Quincy Jones lost a $6.9 million appeal against Michael Jackson’s estate.
A three-judge panel of the 2nd Appellate District overturned a chunk of a 2017 jury verdict, discovering the jury misinterpreted Jones’ contract.
Jones’ attorney argued the producer was owed $30 million in royalties and other income from the This Is It project, two Cirque du Soleil shows, and other revenue made from Jackson following his 2009 death.
In addition, Jones was granted $5.3 million in joint venture profits under his producer contract.
The trial went on for two weeks and Jones was granted $9.4 million. But an appeals court took more than half of that back on Tuesday, noting that Judge Michael L. Stern allowed the jurors to interpret the contract instead of doing it for them.
The appeals court ultimately decided that Jones wasn’t entitled to such an increase. “The language of section 4(a) cannot be tortured to mean that Jones’s maximum royalty rate increased proportionally if Jackson’s maximum royalty rate increased,” wrote Justice Judith Ashmann-Gerst, on behalf of a unanimous panel.
An additional $1.6 million was vacated for remix fees that Jones claimed he was owed. But the courts ruled that he shouldn’t be paid fees for remixing work he didn’t perform because he wasn’t rewarded refusal of remixes of his Jackson albums. “The only compensation Jones was entitled to receive was royalties from record sales on remixes, and the evidence indicates he received them,” Ashmann-Gerst wrote. “If he wanted remixing fees, he had to negotiate them in separate agreements.”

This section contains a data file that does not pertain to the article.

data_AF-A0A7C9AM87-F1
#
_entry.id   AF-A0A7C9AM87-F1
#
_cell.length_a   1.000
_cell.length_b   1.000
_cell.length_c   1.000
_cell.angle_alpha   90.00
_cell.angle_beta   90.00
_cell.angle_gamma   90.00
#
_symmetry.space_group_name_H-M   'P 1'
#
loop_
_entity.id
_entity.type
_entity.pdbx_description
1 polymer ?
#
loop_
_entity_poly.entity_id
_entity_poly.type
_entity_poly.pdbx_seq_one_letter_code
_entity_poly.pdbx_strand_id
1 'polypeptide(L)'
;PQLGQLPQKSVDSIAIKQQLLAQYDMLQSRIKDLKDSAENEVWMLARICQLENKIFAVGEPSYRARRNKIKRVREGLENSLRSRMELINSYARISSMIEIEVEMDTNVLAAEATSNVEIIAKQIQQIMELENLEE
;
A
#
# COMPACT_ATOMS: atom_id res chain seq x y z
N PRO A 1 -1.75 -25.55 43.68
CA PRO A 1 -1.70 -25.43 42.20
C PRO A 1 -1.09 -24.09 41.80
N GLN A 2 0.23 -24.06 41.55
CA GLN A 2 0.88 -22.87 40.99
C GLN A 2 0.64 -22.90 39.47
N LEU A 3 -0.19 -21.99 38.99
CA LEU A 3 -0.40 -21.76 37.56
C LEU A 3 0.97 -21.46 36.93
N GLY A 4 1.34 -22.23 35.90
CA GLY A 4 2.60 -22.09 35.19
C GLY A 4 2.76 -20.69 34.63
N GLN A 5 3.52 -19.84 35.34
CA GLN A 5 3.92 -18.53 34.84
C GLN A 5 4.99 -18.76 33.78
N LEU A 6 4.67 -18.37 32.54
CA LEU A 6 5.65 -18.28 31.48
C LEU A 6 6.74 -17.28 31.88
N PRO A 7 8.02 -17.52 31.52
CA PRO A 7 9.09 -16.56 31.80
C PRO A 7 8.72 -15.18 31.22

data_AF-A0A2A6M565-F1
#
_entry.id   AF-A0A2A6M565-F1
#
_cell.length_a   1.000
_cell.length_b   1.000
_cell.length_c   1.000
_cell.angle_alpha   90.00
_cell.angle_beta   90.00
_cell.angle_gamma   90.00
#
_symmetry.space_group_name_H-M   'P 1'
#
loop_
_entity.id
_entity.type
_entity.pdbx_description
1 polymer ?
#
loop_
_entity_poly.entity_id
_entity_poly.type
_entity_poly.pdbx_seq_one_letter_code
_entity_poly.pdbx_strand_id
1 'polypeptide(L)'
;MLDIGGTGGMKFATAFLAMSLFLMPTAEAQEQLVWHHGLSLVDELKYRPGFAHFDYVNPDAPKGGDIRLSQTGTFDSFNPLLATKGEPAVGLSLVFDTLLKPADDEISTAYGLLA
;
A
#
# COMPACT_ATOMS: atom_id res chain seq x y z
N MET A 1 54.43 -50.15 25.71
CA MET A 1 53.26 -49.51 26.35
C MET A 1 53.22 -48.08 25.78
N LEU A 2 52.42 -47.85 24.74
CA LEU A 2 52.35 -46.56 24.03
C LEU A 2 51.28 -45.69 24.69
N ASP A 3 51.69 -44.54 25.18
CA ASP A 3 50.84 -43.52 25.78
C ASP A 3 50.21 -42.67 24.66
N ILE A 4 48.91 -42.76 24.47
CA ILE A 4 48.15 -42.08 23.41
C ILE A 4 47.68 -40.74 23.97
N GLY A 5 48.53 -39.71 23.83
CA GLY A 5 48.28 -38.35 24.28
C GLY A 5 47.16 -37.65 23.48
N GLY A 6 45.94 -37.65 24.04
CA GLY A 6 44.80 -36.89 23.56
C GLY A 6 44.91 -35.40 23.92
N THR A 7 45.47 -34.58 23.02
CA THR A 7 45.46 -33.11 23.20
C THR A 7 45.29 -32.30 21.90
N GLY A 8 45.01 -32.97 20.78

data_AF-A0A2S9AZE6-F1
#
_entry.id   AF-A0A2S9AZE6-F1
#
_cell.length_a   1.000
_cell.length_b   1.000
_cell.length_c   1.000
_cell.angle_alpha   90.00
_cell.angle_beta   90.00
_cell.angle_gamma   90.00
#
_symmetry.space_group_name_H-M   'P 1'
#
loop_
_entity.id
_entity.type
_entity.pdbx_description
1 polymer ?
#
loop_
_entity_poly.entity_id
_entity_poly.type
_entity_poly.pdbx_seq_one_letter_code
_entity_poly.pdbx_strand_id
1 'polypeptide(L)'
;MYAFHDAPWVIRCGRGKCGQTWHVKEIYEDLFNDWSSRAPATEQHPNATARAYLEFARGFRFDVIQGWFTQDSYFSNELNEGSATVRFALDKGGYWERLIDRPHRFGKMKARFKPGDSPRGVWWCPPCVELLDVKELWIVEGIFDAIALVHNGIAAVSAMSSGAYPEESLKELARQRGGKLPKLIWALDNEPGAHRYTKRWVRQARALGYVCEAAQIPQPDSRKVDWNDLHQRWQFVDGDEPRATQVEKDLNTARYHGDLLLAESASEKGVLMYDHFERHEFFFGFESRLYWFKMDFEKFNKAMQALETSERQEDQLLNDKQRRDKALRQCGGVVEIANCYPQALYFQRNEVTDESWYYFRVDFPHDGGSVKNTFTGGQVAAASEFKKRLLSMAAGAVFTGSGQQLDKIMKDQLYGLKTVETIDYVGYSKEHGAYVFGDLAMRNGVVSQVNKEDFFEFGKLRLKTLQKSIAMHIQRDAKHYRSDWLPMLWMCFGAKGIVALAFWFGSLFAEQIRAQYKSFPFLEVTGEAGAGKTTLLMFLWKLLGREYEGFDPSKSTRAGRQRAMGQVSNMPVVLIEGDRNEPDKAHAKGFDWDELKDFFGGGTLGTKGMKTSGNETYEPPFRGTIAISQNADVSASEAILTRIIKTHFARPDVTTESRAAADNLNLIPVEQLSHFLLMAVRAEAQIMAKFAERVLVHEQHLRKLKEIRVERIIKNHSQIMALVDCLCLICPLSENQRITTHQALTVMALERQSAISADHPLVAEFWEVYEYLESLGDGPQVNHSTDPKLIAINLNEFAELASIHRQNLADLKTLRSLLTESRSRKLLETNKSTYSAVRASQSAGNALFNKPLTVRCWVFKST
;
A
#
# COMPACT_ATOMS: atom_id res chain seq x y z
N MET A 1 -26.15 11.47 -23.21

Quincy Jones was left with a cool $2.6 million which consisted of unpaid licensing fees from This Is It among other things.
Howard Weitzman, who represented the Jackson estate, issued a statement claiming vindication.
“Quincy Jones was the last person we thought would try to take advantage of Michael Jackson by filing a lawsuit three years after he died asking for tens of millions of dollars he wasn’t entitled to,” Weitzman said. “We knew the verdict was wrong when we heard it, and the court of appeal has completely vindicated us. From the beginning this was an attempt to take advantage of Michael knowing he wasn’t here to defend himself.”
John Branca, co-executor of the estate, also issued a comment: “So many people have tried to take advantage of Michael and mischaracterize him since his death. It’s gratifying that in this case the court in an overwhelmingly favorable and just decision, recognizes that Michael Jackson was both an enormous talent and an extremely fair business executive.”